Taking Back Armistice Day

Armistice Day, 11/11/1918 at 11 am, began a commitment to peace by the brave men who fought during World War One. The men who fought and its citizens did not want to bury the pain and suffering of war. Instead, they wanted to use tragic memories to remind them why war should be avoided and not embraced.

However, in June of 1954, Armistice Day was hijacked and reframed as Veterans Day. Since then, we have seen our nation’s dangerous veneration and the military’s adoption as the new state religion.

Shifting from peace, seen by many pseudo warriors and keyboard commandos as a sign of weakness, towards a celebration of war and fawning over the military, has come with a horrible price.

The past six decades alone have brought over a million dead, torture, destabilization, and climate devastation. The Marines and soldiers that the country espouses to support and honor have subjected them to serve in illegal and unending wars of an empire built on lies. 

The president-elect Joe Biden unapologetically lied us into the Iraq War when he was the head of the Senate committee of foreign relations. Biden got the war he and George W. Bush wanted, proving once again that war is a bipartisan issue.

The list of warmongers is long and shameful and has created the normalization of war and violence. President Trump gained cheers from Democrats, Republicans, and the media.

From Trump’s Syria bombing that sent Brian Williams and Malcolm Nance into a circle jerk to a Leonard Cohen playlist and his pardoning of the disgraced Eddie Gallagher. 

One could include John McCain in this list. McClain honored for his service as a Vietnam Veteran, but, as Media Benjamin of Code Pink comments, “I think it’s so horrible to be calling somebody a war hero because he participated in the bombing of Vietnam.” As a politician, McCain was far from being a hero. 

The glorification for McCain as a politician runs counter to his support for one war after another.

FAIR media analyst Adam Johnson wrote, “McCain lobbied to invade, resulting in 500,000–1 million deaths. Or Libya, which McCain passionately advocated bombing, turning it into an ungovernable bastion of extremism and slavery. Or Syria, which McCain helped rip apart by pushing for CIA-supported opposition groups for years. Or Gaza, whose destruction by Israeli forces McCain cheerled for in 2014. Or Yemen, which McCain, almost more than anyone in Congress, helped destroy by defending Saudi Arabia’s murderous war there.”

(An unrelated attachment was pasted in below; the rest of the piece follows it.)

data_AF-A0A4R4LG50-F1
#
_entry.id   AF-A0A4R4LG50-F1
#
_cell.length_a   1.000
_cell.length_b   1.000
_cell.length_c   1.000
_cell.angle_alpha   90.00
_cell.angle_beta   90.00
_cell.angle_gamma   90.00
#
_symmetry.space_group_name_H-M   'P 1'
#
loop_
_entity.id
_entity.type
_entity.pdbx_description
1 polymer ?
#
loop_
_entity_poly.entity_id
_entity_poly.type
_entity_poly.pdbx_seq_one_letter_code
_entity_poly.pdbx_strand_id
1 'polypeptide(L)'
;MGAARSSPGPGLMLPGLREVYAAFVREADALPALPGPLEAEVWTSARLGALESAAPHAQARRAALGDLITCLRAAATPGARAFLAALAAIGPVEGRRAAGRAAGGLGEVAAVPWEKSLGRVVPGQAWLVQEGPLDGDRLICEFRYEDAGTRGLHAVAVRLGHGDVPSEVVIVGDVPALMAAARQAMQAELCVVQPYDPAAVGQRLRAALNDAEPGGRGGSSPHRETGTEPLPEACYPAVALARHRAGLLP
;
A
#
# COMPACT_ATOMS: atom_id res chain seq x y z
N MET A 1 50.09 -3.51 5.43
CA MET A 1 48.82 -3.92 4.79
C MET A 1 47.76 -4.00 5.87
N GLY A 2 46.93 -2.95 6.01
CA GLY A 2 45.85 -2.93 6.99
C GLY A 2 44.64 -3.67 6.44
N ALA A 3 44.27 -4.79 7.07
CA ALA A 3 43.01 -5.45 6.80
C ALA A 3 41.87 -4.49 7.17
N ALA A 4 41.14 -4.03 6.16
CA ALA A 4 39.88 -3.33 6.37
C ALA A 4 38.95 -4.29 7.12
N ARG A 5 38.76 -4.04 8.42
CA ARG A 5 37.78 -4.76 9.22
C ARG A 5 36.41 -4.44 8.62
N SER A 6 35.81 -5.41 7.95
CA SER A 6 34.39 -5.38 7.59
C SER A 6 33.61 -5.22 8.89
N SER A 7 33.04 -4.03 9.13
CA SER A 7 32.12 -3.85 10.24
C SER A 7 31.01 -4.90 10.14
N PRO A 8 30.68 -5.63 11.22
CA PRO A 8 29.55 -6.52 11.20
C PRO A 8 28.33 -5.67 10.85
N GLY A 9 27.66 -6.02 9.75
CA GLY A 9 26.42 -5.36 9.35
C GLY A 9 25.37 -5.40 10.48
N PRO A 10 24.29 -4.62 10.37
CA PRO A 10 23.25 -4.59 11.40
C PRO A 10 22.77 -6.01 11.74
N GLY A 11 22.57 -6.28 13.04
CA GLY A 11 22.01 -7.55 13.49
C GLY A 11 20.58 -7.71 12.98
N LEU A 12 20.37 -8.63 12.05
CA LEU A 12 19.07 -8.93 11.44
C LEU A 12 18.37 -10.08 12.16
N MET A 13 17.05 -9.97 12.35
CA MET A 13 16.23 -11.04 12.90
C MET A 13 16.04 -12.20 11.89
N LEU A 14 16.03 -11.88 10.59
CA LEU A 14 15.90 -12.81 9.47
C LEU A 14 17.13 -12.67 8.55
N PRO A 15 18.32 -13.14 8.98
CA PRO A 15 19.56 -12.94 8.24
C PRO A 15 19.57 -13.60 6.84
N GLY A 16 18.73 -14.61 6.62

Our Nobel Peace Prize winner President Obama also helped in this normalization. Running on a campaign in 2008 to ending war, Obama ramped up troops in Afghanistan and expanded the use of drones. Obama unleashed 26,171 bombs in 2016 alone. Including bombing a hospital in Afghanistan and taking out a wedding party in Yemen, and assassinating an American teenage boy through drone strikes.

The economic cost of these wars has been staggering. Through 2019 the U.S. has spent $6.4 trillion in post-9/11 wars. The cost of financing these wars has been through borrowing and will surpass $8 trillion by the 2050s. 

Colossal, unnecessary, and irresponsible spending like this is why we do not have the funding to address climate change, health care, education, and infrastructure. 

The violence of war has also contributed to the destruction of our climate. Brown University Cost of War Project wrote, “Indeed, the DOD is the world’s largest institutional user of petroleum and correspondingly, the single largest producer of greenhouse gases in the world,” the report notes. If the Pentagon were a country, it would be the world’s 55th biggest emitter of carbon dioxide. And its main purpose — warfare — is easily its most carbon-intensive activity.”

Thanking Veterans for their service is beyond troubling as it removes and minimizes the focus of the damage and destruction of innocent lives abroad. It also trivializes service members by using them as props for political purposes. On a grander scale, we are reflexively using violence as an acceptable use of conflict resolution. 

“To be hopeful in bad times is not just foolishly romantic. It is based on the fact that human history is a history not only of cruelty but also of compassion, sacrifice, courage, kindness. What we choose to emphasize in this complex history will determine our lives. If we see only the worst, it destroys our capacity to do something. If we remember those times and places–and there are so many–where people have behaved magnificently, this gives us the energy to act, and at least the possibility of sending this spinning top of a world in a different direction. And if we do act, in however small away, we don’t have to wait for some grand utopian future. The future is an infinite succession of presents, and to live now as we think human beings should live, in defiance of all that is bad around us, is itself a marvelous victory.”

-Howard Zinn

If anything else is true, violence and war are bankrupting us as a nation: morally, ethically, and financially. Our way of war is not working. The only hope for a better world, and peace will come from mass acts of civil disobedience and faith that changes will come through action.

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  • Thank you for a thought-provoking post. I have been reading many post-war stories lately, perhaps to fill the void from not hearing my father's World War II stories since his death in 2019. I lost two uncles in World War I, and I have had to tell friends (!) about why Veterans Day is when it is and why I wear a red poppy pin in November.
    I think the British Commonwealth term, Remembrance Day, is a clearer name for the day -- and I love the custom of two solid minutes of silence at 11 a.m.

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